China's inflation rate eased in December to 2.5 percent amid signs the world's second-largest economy might be cooling.

The consumer price rise reported Thursday was down from November's 3 percent. Inflation for the full year of 2013 was 2.6 percent, below the ruling Communist Party's target of 3.5 percent.

Lower inflation could ease pressure on Chinese leaders as they try to focus on promised reforms aimed at making the economy more productive and keeping growth strong.

China's economic growth dropped to a two-decade low of 7.5 percent in the second quarter of last year. It rebounded the following quarter but analysts say the recovery is likely to fade.

Manufacturing declined in December, which some analysts said suggests growth already is weakening.

Chinese leaders promised in November to open government-dominated industries wider to private competitors, though they said state ownership will remain the core of the economy.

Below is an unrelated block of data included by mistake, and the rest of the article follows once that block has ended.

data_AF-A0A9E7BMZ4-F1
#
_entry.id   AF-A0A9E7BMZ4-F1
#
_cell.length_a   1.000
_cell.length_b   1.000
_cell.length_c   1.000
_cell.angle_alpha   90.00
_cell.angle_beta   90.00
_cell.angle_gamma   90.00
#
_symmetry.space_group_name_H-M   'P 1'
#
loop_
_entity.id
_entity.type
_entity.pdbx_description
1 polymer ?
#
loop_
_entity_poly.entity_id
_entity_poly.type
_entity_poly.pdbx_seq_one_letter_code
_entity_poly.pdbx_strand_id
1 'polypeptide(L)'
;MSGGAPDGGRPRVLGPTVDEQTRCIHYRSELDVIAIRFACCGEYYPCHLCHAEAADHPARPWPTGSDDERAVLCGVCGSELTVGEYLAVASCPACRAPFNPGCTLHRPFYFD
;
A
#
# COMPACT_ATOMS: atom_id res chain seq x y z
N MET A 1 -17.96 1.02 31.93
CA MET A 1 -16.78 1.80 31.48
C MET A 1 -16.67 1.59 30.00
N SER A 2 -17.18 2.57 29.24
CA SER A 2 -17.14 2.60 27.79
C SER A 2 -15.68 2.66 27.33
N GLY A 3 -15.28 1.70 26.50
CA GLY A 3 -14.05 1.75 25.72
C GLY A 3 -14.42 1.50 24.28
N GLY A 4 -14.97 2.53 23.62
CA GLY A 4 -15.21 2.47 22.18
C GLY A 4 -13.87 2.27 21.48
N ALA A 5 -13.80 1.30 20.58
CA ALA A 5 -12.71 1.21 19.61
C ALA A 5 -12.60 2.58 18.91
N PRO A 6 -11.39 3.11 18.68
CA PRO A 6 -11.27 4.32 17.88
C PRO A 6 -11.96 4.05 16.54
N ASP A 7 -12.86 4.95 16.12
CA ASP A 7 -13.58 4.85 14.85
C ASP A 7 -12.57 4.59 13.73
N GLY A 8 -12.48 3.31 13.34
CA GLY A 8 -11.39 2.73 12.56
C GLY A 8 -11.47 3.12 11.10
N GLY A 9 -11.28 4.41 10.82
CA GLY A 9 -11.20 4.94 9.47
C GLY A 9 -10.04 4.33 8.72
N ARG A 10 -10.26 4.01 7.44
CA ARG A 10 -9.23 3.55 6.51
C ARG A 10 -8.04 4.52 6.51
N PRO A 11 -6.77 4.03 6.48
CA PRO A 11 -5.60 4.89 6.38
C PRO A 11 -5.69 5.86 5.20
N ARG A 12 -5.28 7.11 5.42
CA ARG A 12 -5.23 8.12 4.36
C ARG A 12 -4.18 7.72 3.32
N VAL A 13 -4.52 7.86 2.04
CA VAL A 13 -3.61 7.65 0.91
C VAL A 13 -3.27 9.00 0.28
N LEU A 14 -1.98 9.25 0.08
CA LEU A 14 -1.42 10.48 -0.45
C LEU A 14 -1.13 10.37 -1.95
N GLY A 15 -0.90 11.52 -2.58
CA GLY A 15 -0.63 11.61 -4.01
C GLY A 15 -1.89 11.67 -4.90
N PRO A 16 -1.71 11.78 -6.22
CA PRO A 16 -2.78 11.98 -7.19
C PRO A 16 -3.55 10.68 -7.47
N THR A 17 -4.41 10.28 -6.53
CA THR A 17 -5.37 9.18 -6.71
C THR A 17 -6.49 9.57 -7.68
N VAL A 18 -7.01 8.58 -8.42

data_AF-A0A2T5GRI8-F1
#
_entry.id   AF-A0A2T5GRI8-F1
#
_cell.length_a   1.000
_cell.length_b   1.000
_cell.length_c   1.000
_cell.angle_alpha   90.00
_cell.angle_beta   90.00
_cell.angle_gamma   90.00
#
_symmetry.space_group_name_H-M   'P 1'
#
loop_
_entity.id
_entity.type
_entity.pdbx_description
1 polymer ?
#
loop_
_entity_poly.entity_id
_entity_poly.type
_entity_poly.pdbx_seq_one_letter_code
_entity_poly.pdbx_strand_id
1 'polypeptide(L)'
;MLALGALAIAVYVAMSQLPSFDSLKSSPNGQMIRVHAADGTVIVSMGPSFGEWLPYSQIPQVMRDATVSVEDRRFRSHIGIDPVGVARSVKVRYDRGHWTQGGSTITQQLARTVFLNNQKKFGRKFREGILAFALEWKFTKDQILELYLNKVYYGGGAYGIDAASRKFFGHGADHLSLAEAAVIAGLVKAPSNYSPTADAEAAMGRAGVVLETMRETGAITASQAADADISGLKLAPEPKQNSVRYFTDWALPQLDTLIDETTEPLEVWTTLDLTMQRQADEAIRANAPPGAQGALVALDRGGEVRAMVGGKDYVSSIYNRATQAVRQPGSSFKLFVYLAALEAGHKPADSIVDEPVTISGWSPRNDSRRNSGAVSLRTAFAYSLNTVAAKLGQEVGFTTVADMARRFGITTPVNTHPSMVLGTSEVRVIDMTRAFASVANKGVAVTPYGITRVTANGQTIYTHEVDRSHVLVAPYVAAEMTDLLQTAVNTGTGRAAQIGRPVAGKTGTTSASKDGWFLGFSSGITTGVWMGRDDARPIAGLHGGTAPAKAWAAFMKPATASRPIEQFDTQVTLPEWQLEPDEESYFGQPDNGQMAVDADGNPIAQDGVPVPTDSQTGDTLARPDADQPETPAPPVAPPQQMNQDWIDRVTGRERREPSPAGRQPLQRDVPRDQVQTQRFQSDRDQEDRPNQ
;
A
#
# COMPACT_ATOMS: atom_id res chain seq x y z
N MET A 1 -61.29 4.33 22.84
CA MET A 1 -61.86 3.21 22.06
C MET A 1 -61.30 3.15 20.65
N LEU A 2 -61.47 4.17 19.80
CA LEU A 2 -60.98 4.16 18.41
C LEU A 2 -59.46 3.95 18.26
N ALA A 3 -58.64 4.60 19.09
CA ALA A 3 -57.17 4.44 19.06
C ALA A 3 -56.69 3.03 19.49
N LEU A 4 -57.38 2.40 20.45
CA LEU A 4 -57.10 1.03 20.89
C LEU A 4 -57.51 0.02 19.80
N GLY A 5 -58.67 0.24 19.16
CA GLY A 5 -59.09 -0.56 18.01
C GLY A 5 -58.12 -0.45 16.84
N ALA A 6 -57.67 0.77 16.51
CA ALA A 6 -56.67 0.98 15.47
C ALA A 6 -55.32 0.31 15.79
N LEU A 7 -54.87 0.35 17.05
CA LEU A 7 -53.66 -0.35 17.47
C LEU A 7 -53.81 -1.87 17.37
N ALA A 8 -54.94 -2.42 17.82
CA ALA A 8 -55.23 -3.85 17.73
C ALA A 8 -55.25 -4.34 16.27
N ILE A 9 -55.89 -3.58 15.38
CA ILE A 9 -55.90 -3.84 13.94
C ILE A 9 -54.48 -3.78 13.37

The December consumer price rise was driven by a 4.1 percent increase in food costs. The price of fresh fruit rose 15.6 percent but increases for other commodities were modest.

Producer prices, measured as goods leave the factory, fell 1.4 percent from a year earlier in a reflection of slack demand. For the full year, producer prices fell 1.9 percent.

The government is trying to reduce reliance on trade and investment by encouraging domestic consumption but consumer spending is growth more slowly than leaders hope.

Beijing is in the midst of a marathon campaign to reduce excess production capacity in industries including steel, solar panels and cement in which supply exceeds demand. That glut of production has led to price-cutting wars that have forced some companies into bankruptcy.